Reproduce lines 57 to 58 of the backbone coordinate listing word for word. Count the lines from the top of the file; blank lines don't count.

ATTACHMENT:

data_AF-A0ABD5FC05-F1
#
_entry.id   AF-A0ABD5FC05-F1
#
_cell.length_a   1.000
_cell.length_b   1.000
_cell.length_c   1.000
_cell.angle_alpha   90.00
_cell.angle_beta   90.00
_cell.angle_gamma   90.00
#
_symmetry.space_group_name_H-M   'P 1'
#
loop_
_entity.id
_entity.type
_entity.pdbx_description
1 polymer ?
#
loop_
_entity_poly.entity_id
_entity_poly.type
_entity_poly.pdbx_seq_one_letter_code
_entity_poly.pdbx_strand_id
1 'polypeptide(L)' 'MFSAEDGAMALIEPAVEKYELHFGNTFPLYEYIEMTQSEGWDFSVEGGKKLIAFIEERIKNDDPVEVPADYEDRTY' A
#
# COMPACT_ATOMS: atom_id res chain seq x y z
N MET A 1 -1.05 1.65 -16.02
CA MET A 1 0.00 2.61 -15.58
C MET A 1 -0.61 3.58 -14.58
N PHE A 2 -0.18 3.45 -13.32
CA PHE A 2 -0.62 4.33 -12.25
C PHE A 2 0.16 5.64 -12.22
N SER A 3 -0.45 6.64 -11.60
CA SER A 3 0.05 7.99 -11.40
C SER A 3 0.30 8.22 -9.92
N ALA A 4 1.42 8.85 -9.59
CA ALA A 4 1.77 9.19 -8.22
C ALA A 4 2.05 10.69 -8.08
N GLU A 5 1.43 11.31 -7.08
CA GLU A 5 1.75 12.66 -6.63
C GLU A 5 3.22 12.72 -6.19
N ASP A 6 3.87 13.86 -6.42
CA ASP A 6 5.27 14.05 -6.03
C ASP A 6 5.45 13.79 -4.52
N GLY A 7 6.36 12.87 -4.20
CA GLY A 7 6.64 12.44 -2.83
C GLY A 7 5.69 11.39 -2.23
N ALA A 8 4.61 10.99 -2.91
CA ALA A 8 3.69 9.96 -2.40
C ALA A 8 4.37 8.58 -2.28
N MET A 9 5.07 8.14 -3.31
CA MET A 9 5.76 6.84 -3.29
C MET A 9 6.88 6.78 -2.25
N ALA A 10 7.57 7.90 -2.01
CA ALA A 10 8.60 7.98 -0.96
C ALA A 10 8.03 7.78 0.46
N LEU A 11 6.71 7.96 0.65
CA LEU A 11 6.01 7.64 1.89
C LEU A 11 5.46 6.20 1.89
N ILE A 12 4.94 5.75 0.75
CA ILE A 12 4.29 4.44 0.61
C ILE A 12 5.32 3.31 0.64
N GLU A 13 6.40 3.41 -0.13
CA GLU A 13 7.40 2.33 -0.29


C ALA A 10 8.03 7.78 0.46
N LEU A 11 6.71 7.96 0.65